How A Microsoft Engineer In India Is Fixing Attachment Embarrassment On Outlook

A Microsoft engineer took advantage of the company’s incubator to help emailers–and himself.

How A Microsoft Engineer In India Is Fixing Attachment Embarrassment On Outlook

CREATOR: Bhavesh Chauhan, Microsoft, software engineer
CREATION: Forgotten Attachment Detector
INNOVATION PIPELINE: Microsoft’s “Garage”


During a single week in late 2008, Bhavesh Chauhan, a software engineer in Hyderabad, India, received four emails with missing attachments. Wanting to end such embarrassments, he used free time to code an Outlook extension that scanned emails for words indicating an attachment. If nothing was attached, an alert would pop up.

Chauhan: I thought this would be a good feature to have in Outlook, but since I didn’t have a direct communication line with the Outlook team, and I was working in India, I decided to just create a personal add-on.

In early 2009, Microsoft launched the Garage, an incubator for employee projects. A giant building on the Redmond, Washington, campus was filled with hardware fabrication tools, while free hosting and virtual machine access were offered to software developers.

Chauhan: I’d started on the idea but got to a point where I needed to add more features. The Garage seemed like a good platform for reaching experts.

Chauhan’s tool was such a hit among his Hyderabad officemates that he brought it into the Garage, remotely, to solicit feedback. There, colleagues helped him expand language compatibility and test before launch. In May 2009, Microsoft released a beta version through its download center with an add-on that tracked accuracy. It also polled users to see how they felt about a machine double-checking them.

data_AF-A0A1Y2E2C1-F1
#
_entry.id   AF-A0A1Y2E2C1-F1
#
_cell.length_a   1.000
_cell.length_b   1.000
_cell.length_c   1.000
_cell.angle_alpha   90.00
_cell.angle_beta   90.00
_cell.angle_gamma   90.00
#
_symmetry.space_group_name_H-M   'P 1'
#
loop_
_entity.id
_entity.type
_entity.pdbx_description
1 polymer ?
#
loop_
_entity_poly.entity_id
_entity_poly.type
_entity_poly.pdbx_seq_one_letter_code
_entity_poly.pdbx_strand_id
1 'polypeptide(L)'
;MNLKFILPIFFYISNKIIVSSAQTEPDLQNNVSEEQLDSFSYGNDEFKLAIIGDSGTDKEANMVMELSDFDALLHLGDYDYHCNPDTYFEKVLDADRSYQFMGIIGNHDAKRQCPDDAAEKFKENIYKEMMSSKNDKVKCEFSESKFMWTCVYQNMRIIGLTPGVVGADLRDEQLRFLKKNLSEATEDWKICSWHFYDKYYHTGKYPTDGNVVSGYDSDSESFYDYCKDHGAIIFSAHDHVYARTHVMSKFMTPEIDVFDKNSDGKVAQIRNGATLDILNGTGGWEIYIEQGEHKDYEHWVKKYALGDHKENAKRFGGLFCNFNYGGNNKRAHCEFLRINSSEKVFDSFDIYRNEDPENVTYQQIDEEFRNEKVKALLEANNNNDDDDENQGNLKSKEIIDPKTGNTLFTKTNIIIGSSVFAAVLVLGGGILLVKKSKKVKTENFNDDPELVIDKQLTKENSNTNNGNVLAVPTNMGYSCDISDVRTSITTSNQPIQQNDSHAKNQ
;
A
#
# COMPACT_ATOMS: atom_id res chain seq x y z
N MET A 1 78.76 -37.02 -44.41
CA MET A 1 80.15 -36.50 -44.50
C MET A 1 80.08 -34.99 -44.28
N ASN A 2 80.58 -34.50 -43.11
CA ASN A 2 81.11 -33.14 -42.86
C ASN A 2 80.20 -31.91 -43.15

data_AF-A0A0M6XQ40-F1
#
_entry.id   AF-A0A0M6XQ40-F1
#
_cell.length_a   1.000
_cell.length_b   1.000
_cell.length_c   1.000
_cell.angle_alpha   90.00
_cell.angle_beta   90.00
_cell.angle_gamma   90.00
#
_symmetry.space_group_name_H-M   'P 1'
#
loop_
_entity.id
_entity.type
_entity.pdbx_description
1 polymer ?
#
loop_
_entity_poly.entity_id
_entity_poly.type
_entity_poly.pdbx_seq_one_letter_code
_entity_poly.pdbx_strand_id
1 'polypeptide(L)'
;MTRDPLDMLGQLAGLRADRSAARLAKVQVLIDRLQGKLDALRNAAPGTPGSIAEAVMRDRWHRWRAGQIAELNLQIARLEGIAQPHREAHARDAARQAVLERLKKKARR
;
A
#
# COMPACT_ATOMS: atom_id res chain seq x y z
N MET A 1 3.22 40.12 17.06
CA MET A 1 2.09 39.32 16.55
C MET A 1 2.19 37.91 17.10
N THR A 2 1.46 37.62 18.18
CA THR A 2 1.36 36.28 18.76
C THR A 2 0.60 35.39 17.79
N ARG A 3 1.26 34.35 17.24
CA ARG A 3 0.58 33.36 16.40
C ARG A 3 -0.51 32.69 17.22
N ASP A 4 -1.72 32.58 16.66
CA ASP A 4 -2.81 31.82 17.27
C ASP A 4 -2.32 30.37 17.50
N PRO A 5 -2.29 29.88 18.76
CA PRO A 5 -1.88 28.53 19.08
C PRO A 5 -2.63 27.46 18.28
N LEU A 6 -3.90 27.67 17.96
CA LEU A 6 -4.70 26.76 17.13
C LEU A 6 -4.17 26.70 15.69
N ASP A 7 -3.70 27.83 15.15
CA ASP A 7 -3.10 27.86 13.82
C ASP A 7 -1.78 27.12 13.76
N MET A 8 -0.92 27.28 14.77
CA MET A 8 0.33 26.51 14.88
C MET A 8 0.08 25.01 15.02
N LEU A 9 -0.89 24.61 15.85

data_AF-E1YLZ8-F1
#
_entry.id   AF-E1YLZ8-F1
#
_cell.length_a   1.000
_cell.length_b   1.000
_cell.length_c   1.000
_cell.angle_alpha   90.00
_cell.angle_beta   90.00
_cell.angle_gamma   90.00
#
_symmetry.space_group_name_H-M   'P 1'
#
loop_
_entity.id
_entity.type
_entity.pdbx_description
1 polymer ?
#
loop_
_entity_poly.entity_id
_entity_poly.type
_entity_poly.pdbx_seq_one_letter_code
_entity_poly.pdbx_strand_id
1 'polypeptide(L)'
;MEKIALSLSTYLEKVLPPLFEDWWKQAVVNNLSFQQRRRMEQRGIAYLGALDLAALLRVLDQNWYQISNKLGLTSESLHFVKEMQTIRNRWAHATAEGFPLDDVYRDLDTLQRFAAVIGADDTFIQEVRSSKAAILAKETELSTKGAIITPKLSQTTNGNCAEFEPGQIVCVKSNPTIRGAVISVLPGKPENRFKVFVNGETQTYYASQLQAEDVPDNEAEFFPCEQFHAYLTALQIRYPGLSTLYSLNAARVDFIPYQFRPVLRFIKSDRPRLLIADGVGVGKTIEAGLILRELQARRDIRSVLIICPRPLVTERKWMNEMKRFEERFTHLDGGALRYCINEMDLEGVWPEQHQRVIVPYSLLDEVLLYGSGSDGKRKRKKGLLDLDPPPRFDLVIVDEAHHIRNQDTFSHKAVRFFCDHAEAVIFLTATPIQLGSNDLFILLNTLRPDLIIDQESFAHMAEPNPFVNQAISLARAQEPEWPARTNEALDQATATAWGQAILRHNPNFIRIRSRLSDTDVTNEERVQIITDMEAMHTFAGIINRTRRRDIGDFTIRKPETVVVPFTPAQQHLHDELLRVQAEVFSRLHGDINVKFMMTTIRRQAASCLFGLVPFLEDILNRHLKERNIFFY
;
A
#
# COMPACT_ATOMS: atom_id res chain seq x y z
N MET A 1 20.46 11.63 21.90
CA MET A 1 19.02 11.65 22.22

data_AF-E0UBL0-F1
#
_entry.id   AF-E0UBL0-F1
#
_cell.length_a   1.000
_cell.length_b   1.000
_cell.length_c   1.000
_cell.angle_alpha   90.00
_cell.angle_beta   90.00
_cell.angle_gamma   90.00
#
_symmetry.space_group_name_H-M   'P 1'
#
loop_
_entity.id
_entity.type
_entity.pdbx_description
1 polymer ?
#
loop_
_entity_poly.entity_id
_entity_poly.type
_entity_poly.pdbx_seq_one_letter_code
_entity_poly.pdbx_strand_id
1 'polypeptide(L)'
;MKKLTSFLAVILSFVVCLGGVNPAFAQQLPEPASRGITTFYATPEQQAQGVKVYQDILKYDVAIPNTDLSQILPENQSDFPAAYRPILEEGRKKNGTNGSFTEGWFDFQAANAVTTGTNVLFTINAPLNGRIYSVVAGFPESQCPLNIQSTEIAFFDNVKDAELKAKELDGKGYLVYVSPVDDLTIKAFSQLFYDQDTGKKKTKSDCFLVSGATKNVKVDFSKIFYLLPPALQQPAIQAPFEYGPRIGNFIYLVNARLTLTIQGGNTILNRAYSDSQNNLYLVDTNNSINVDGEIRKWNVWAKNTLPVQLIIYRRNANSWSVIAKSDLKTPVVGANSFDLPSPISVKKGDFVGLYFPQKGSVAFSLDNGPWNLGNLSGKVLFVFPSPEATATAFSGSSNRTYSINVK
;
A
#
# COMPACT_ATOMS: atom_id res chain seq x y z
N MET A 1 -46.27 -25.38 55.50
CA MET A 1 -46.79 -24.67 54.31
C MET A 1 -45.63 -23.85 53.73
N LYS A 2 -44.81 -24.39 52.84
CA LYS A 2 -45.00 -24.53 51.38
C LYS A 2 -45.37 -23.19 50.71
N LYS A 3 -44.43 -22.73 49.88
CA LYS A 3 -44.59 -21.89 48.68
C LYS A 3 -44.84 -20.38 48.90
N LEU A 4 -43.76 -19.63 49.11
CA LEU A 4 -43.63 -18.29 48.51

Chauhan: I began working with other people in the Garage community who were able to contribute to the project. It was very exciting. I really didn’t think I was going to get that much reach out of such a small utility.


In all, Chauhan got feedback from 44,000 customers, leading him to tweak the detector to scan for a range of verbs and nouns suggesting an attachment. The survey also revealed that people tolerate false alarms if they eventually lead to a save. When a preview of Office 2013–the first update of the franchise since 2010–was released last summer, the detector was included.

Chauhan: If you work on other large projects, you don’t really get comments from users. But I was getting a lot of customer emails that gave me a new perspective. People said they would forget to fill in subject lines, so we added that warning.

Today, the Garage generates about 50 new projects a month, many of which result in internal tools or improvements to existing products. Some inventions win patents, which come with a monetary bonus. Chauhan’s wasn’t unique enough for that–Gmail added a similar feature in 2010–but he benefitted in another way: The detector helped him land a software-development-engineering gig in Redmond.

Chauhan: I’m not working on any Garage projects right now, but in my current team, if I have certain kinds of requirements, I know which experts I can reach out to. That was part of the learning experience.

[Photo by José Mandojana]

[Ed. note: A quote by Bhavesh Chauhan about user comments on large projects has been clarified in this online version of the print article from the April issue of Fast Company magazine.]

About the author

Ben Paynter is a senior writer at Fast Company covering social impact, the future of philanthropy, and innovative food companies. His work has appeared in Wired, Bloomberg Businessweek, and the New York Times, among other places.